Since his youth, explains Hull, Ruskin 'recorded his observations of the weather methodically, especially the blueness of the sky (of which he took measure with a cyanometer
, a device created by the French alpinist Horace-Benedict de Saussure)'.
The colors are now light blue above (where is my cyanometer? Saussure invented one, and Humboldt used it in his travels); the landscape russet and greenish, spotted with fawn-colored ploughed lands, with green pine and gray or reddish oak woods intermixed, and dark blue or slate-colored water here and there.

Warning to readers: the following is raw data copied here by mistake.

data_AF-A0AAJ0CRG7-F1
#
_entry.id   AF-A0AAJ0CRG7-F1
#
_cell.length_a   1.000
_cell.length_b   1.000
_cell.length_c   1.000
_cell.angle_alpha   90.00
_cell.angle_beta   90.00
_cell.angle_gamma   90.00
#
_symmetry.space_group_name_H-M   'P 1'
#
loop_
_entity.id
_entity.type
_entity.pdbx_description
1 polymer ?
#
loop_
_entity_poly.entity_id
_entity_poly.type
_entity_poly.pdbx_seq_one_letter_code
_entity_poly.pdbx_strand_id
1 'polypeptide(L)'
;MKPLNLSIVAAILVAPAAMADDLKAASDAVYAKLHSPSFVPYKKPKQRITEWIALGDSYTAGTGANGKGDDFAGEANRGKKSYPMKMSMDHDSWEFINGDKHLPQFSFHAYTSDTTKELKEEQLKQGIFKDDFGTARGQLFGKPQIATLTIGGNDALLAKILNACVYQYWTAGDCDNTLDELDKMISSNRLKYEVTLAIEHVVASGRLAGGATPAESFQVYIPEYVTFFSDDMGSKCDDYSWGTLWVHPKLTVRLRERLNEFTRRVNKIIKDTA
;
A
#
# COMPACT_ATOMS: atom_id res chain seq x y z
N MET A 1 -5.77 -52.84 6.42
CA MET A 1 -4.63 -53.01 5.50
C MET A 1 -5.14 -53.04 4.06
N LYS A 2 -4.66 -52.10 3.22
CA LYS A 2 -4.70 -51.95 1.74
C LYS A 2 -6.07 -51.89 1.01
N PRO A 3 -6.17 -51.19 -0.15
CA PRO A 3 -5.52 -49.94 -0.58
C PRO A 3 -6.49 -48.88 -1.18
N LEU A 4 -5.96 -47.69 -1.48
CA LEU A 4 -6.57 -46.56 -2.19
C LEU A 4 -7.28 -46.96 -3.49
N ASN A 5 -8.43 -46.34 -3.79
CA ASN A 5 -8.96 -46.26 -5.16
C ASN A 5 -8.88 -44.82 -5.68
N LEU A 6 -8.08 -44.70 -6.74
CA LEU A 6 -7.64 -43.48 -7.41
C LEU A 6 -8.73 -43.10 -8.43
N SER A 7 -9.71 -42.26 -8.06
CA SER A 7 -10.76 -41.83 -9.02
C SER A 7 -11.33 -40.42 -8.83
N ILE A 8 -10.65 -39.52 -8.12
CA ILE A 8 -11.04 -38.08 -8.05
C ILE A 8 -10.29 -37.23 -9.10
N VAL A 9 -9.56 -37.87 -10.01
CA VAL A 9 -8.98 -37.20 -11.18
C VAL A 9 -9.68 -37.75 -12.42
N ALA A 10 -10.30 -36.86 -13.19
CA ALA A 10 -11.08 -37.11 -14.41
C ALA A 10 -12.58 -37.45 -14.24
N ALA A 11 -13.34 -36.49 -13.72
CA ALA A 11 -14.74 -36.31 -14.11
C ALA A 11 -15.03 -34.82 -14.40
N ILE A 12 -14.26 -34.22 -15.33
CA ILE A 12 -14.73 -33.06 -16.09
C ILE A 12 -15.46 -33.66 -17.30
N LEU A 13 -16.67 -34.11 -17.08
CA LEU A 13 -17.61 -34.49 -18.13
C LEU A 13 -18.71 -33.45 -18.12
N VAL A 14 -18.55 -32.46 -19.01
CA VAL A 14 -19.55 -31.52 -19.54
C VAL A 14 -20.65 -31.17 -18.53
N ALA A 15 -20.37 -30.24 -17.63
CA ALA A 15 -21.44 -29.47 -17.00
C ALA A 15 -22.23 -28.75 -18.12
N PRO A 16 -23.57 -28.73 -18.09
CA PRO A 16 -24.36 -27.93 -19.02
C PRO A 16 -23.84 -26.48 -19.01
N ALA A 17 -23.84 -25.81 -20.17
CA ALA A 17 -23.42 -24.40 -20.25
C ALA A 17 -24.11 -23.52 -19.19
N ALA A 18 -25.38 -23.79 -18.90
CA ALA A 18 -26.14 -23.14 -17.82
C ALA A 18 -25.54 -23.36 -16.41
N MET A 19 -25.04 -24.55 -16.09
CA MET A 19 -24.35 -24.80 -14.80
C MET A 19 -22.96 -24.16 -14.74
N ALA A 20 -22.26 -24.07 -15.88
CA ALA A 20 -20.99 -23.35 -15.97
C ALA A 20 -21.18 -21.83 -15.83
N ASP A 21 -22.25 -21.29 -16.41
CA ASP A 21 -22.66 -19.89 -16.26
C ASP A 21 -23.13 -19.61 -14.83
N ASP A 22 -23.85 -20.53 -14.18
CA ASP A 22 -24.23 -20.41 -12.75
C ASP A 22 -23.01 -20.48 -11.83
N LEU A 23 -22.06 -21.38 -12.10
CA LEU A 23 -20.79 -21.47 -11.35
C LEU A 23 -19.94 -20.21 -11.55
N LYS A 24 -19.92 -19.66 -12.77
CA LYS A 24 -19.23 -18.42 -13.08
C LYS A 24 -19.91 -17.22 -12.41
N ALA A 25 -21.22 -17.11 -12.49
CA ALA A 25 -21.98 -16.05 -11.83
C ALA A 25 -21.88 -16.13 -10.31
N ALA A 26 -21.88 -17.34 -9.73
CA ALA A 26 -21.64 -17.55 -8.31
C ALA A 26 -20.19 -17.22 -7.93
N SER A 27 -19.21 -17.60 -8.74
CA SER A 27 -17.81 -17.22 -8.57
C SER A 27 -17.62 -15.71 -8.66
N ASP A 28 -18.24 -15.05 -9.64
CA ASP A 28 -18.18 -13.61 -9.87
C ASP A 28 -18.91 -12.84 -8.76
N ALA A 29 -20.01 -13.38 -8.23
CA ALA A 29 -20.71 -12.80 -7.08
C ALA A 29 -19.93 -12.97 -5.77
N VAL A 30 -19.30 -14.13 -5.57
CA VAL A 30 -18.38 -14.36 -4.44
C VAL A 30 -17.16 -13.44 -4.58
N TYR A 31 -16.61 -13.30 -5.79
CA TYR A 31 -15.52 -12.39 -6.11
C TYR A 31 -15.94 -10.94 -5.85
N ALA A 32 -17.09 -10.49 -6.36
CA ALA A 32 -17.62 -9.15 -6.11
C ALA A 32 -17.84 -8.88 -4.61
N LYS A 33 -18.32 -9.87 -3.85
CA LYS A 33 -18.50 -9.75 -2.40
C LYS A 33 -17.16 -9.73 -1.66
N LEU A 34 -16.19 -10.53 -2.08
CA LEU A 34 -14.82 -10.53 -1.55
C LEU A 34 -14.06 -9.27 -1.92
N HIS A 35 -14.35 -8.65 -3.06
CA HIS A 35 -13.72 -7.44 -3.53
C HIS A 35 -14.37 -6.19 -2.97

It is stated in the "Life of Humboldt" that he proved "that the expression, 'The ocean reflects the sky,' was a purely poetical, not a scientifically correct one, as the sea is often blue when the sky is almost totally covered with light, white clouds." He used Saussure's cyanometer even to measure the color of the sea.